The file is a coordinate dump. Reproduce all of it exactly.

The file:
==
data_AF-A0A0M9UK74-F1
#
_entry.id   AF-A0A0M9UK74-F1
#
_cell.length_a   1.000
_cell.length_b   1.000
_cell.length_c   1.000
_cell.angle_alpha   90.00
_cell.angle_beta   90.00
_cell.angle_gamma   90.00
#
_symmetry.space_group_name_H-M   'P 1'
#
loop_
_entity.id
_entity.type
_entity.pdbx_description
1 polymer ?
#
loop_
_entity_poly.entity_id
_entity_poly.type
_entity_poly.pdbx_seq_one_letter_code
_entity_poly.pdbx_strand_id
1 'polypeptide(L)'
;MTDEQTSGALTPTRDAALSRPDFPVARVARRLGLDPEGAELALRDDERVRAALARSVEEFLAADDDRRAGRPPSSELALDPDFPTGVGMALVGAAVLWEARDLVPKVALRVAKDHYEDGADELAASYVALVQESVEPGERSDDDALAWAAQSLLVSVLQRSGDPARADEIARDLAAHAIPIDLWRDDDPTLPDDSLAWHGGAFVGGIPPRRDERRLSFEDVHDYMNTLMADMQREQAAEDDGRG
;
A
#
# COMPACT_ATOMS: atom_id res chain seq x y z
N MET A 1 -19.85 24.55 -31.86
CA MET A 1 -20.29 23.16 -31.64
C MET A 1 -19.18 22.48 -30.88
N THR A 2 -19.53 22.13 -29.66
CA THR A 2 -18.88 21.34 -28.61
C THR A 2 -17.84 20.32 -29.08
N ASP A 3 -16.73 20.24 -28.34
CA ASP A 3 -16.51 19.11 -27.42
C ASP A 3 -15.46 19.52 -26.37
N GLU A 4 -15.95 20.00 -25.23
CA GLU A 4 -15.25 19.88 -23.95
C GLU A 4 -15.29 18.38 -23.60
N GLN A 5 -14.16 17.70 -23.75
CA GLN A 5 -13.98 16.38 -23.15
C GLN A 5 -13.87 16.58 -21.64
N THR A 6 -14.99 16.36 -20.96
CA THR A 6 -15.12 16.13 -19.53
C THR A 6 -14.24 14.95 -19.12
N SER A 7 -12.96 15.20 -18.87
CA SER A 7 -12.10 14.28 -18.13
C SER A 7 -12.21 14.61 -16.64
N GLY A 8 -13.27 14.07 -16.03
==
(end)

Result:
data_AF-A0A0M9UK74-F1
#
_entry.id   AF-A0A0M9UK74-F1
#
_cell.length_a   1.000
_cell.length_b   1.000
_cell.length_c   1.000
_cell.angle_alpha   90.00
_cell.angle_beta   90.00
_cell.angle_gamma   90.00
#
_symmetry.space_group_name_H-M   'P 1'
#
loop_
_entity.id
_entity.type
_entity.pdbx_description
1 polymer ?
#
loop_
_entity_poly.entity_id
_entity_poly.type
_entity_poly.pdbx_seq_one_letter_code
_entity_poly.pdbx_strand_id
1 'polypeptide(L)'
;MTDEQTSGALTPTRDAALSRPDFPVARVARRLGLDPEGAELALRDDERVRAALARSVEEFLAADDDRRAGRPPSSELALDPDFPTGVGMALVGAAVLWEARDLVPKVALRVAKDHYEDGADELAASYVALVQESVEPGERSDDDALAWAAQSLLVSVLQRSGDPARADEIARDLAAHAIPIDLWRDDDPTLPDDSLAWHGGAFVGGIPPRRDERRLSFEDVHDYMNTLMADMQREQAAEDDGRG
;
A
#
# COMPACT_ATOMS: atom_id res chain seq x y z
N MET A 1 -19.85 24.55 -31.86
CA MET A 1 -20.29 23.16 -31.64
C MET A 1 -19.18 22.48 -30.88
N THR A 2 -19.53 22.13 -29.66
CA THR A 2 -18.88 21.34 -28.61
C THR A 2 -17.84 20.32 -29.08
N ASP A 3 -16.73 20.24 -28.34
CA ASP A 3 -16.51 19.11 -27.42
C ASP A 3 -15.46 19.52 -26.37
N GLU A 4 -15.95 20.00 -25.23
CA GLU A 4 -15.25 19.88 -23.95
C GLU A 4 -15.29 18.38 -23.60
N GLN A 5 -14.16 17.70 -23.75
CA GLN A 5 -13.98 16.38 -23.15
C GLN A 5 -13.87 16.58 -21.64
N THR A 6 -14.99 16.36 -20.96
CA THR A 6 -15.12 16.13 -19.53
C THR A 6 -14.24 14.95 -19.12
N SER A 7 -12.96 15.20 -18.87
CA SER A 7 -12.10 14.28 -18.13
C SER A 7 -12.21 14.61 -16.64
N GLY A 8 -13.27 14.07 -16.03